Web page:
One of the stories that stuck out was the story about Anyu returning to her family home after the war only to find it empty with nothing but a single spoon for her to keep. When do you first recall learning that story?
It wasn’t until I was older. My grandma would talk about those family members she’d lost [to the Holocaust], how there was really nothing left, and she would mention all that was left was this spoon. I went to Stanford [University], close to where my grandma lives. She showed [the spoon] to me and then she gave it to me. Of course, it’s priceless, but it’s really one of the only things that was left. This was a happy home — 10 children — my grandma still to this day talks about how much noise there was in the house. So much laughter and so much family and because of the war that was all taken away, and all the objects in the house were taken away. That spoon was all that was left.
She always said that it’s not what happens to you in life. It’s how you respond. Remain positive, remain hopeful, stay true to your values and who you are.”
— Dan Grunfeld, on his grandmother’s advice
Despite what she had gone through, you visited the United States Holocaust Memorial Museum with Anyu. Was that emotionally hard for her to go there with you?
She wanted to take me there. It’s important to her that, even though it’s a difficult history, we have to remember it. We have to tell these stories and she wanted me to see the section of the museum dedicated to Raoul Wallenberg, who saved her life two times. … That’s not to say that it was an easy morning that we spent together because it was very somber, but I’m so glad we did it.
When you’re in Washington D.C., visit the United States Holocaust Memorial Museum. I don’t think you can walk out the same person as you walk in. It just changes your perspective on so many things to really understand what happened during the Holocaust.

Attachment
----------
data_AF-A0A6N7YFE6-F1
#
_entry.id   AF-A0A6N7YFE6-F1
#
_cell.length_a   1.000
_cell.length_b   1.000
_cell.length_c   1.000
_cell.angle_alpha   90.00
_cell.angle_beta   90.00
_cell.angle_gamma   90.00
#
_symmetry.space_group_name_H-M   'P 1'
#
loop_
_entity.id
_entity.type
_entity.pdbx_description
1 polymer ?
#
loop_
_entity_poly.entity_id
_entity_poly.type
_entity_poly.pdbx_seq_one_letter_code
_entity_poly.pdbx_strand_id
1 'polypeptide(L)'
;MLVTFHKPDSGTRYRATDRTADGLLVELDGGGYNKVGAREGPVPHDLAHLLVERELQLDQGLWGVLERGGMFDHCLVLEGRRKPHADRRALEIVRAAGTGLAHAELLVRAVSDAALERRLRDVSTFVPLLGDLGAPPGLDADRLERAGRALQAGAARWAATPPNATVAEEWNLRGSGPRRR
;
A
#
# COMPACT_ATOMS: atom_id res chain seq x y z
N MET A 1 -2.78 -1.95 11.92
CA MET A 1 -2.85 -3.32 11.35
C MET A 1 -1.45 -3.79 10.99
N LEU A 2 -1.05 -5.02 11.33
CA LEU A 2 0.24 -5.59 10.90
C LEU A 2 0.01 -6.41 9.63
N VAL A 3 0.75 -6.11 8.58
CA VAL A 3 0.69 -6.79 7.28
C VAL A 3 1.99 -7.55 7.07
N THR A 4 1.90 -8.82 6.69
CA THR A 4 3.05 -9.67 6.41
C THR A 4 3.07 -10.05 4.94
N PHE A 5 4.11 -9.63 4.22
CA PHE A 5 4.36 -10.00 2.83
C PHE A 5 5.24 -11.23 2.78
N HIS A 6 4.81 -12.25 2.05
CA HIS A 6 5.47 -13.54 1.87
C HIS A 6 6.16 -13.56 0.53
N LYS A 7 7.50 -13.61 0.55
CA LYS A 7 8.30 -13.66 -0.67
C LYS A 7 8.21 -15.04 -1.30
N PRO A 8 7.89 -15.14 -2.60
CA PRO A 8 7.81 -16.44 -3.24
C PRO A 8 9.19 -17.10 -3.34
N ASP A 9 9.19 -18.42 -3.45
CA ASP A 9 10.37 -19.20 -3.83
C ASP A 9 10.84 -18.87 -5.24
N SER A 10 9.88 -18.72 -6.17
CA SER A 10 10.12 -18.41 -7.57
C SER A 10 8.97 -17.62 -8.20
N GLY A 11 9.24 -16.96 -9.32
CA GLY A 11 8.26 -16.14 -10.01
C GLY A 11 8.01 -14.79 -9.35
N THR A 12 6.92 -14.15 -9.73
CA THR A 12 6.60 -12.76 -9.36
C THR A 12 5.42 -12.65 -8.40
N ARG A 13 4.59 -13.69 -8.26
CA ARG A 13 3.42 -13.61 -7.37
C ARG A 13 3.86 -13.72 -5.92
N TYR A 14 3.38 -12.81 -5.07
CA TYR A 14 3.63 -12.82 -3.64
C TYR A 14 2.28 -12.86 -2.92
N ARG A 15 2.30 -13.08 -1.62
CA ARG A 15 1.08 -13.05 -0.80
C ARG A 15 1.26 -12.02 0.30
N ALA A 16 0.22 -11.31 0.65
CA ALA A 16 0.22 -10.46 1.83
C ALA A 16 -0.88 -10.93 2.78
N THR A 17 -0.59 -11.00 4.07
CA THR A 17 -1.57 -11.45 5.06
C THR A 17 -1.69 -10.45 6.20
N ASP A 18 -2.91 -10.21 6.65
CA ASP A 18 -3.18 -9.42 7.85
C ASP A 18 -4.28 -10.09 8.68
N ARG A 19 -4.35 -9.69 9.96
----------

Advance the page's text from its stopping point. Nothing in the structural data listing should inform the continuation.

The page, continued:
What does International Holocaust Remembrance Day (Jan. 27) mean to you and your family?
We’re shining a light on what happened during the Holocaust. My dad, who’s well known in basketball, never had grandparents. They were all killed in Auschwitz. This affects us so personally.
For the world to shine a light on the Holocaust, for people to remember it, it means a lot. I’ve gone to temple with my grandmother on days like this when they read the names of all those who were lost — those are her loved ones. It’s her brothers, sisters, parents, aunts and uncles. The Holocaust, it’s almost impossible to wrap your mind around, but it wasn’t that long ago. My grandma, who’s 96 years old, was there [in Europe during the war]. She always says that we have to do all we can to make sure that it never happens again and not just to Jewish people, but to any people. For all those reasons, it’s a very meaningful day.
How did you develop such a tight bond with your grandmother?
We have always had a very special relationship, but she makes it so easy. She’s just the most amazing person in the world — so warm, loving, funny, inspirational, and giving. Every phase of my life, she’s been there as a source of support, inspiration, enjoyment. She’s the most extraordinary person.